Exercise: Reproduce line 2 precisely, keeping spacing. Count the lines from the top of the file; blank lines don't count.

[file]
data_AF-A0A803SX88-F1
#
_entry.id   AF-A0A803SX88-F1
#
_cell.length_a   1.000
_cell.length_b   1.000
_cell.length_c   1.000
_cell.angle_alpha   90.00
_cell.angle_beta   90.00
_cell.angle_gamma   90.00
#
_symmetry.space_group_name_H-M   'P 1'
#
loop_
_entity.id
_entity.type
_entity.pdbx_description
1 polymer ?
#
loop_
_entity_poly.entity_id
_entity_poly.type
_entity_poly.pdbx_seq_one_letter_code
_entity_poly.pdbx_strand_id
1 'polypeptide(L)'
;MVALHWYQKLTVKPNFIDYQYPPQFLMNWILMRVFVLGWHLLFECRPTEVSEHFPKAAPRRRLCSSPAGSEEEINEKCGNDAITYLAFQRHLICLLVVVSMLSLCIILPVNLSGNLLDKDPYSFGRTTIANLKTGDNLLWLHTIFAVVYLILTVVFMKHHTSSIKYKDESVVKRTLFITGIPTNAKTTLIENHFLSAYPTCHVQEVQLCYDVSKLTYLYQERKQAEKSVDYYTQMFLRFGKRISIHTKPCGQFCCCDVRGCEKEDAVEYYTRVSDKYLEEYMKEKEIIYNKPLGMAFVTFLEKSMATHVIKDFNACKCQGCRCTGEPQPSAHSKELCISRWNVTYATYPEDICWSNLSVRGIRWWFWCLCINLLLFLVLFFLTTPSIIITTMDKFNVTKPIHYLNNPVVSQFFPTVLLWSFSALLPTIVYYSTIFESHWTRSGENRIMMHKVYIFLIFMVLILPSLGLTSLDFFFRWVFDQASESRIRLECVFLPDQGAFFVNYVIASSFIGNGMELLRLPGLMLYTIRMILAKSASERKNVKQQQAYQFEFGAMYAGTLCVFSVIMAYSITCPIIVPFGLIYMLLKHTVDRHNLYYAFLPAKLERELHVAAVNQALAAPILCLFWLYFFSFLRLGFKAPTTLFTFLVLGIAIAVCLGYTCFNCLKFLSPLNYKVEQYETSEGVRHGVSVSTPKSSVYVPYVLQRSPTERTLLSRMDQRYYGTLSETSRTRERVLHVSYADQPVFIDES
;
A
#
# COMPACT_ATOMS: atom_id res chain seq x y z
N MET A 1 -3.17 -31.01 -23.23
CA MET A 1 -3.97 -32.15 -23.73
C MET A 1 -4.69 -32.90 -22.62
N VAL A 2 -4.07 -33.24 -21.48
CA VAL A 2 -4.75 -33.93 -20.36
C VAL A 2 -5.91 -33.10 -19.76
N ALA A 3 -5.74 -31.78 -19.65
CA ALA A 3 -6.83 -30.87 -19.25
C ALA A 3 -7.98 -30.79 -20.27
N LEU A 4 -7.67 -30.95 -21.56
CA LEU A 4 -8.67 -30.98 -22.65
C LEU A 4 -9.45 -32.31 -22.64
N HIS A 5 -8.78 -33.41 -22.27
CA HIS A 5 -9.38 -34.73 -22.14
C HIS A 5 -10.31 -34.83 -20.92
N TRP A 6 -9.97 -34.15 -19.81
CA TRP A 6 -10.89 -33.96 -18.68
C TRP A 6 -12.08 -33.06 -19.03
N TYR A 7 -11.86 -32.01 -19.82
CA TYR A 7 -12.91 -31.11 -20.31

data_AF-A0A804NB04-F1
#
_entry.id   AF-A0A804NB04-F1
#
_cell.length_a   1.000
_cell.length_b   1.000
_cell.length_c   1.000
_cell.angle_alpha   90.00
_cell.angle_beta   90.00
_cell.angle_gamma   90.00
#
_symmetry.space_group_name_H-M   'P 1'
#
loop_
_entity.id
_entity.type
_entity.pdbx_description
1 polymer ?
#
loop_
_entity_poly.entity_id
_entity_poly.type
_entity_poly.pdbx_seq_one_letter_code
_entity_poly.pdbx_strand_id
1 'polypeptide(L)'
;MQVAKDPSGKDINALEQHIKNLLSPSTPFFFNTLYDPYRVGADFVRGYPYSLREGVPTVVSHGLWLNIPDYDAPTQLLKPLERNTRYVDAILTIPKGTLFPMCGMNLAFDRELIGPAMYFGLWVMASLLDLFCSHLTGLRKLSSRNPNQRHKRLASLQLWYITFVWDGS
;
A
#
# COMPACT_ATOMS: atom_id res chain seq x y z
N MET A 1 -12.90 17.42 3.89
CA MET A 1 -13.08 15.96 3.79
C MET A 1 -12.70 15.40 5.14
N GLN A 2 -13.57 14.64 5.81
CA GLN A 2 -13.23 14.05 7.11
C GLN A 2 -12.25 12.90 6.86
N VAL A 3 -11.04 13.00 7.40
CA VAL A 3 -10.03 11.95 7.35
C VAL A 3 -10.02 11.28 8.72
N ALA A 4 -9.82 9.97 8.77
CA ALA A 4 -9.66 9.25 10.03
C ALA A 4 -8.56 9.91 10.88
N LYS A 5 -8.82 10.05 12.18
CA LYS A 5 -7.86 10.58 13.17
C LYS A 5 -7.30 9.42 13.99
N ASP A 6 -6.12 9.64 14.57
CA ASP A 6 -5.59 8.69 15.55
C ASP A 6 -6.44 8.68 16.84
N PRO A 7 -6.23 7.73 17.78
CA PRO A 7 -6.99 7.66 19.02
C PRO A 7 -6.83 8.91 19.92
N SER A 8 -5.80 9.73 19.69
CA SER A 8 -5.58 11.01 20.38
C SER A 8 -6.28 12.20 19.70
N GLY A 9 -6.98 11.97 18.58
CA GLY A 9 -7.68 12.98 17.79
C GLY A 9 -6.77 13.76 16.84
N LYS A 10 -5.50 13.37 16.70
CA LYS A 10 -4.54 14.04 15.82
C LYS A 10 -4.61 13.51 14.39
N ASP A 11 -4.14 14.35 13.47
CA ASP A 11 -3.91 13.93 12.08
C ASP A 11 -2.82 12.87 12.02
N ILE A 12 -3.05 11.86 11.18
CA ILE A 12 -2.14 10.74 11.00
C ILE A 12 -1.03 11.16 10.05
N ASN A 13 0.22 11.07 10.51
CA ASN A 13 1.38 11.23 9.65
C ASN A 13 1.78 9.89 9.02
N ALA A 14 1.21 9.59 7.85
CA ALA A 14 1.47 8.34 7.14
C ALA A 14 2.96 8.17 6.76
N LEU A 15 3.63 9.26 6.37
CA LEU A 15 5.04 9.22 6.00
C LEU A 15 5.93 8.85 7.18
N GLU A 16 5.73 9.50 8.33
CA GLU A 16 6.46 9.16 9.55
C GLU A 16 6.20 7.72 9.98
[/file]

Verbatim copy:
#